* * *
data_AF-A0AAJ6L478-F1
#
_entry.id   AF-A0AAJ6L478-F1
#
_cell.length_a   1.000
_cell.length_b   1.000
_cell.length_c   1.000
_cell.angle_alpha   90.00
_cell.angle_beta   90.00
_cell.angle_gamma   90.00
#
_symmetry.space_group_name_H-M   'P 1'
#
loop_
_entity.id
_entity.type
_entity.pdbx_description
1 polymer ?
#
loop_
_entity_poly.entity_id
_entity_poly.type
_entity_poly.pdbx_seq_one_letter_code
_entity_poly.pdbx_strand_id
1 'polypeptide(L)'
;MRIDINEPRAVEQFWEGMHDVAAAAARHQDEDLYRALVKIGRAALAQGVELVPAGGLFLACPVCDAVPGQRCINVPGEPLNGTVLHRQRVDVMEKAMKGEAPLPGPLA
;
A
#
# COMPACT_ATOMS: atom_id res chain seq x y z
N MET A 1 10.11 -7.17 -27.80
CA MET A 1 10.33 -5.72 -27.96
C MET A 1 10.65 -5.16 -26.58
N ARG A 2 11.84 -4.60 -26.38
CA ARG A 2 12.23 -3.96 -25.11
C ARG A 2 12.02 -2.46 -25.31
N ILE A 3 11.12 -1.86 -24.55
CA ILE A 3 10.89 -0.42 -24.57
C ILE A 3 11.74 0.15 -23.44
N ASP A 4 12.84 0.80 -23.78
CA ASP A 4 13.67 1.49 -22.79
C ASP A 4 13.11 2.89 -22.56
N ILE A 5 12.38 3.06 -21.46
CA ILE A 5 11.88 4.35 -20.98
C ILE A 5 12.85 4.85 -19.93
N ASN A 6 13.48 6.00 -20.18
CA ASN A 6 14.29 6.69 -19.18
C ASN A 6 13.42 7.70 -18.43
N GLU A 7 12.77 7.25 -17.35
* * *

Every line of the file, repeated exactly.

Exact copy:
data_AF-A0AAJ6L478-F1
#
_entry.id   AF-A0AAJ6L478-F1
#
_cell.length_a   1.000
_cell.length_b   1.000
_cell.length_c   1.000
_cell.angle_alpha   90.00
_cell.angle_beta   90.00
_cell.angle_gamma   90.00
#
_symmetry.space_group_name_H-M   'P 1'
#
loop_
_entity.id
_entity.type
_entity.pdbx_description
1 polymer ?
#
loop_
_entity_poly.entity_id
_entity_poly.type
_entity_poly.pdbx_seq_one_letter_code
_entity_poly.pdbx_strand_id
1 'polypeptide(L)'
;MRIDINEPRAVEQFWEGMHDVAAAAARHQDEDLYRALVKIGRAALAQGVELVPAGGLFLACPVCDAVPGQRCINVPGEPLNGTVLHRQRVDVMEKAMKGEAPLPGPLA
;
A
#
# COMPACT_ATOMS: atom_id res chain seq x y z
N MET A 1 10.11 -7.17 -27.80
CA MET A 1 10.33 -5.72 -27.96
C MET A 1 10.65 -5.16 -26.58
N ARG A 2 11.84 -4.60 -26.38
CA ARG A 2 12.23 -3.96 -25.11
C ARG A 2 12.02 -2.46 -25.31
N ILE A 3 11.12 -1.86 -24.55
CA ILE A 3 10.89 -0.42 -24.57
C ILE A 3 11.74 0.15 -23.44
N ASP A 4 12.84 0.80 -23.78
CA ASP A 4 13.67 1.49 -22.79
C ASP A 4 13.11 2.89 -22.56
N ILE A 5 12.38 3.06 -21.46
CA ILE A 5 11.88 4.35 -20.98
C ILE A 5 12.85 4.85 -19.93
N ASN A 6 13.48 6.00 -20.18
CA ASN A 6 14.29 6.69 -19.18
C ASN A 6 13.42 7.70 -18.43
N GLU A 7 12.77 7.25 -17.35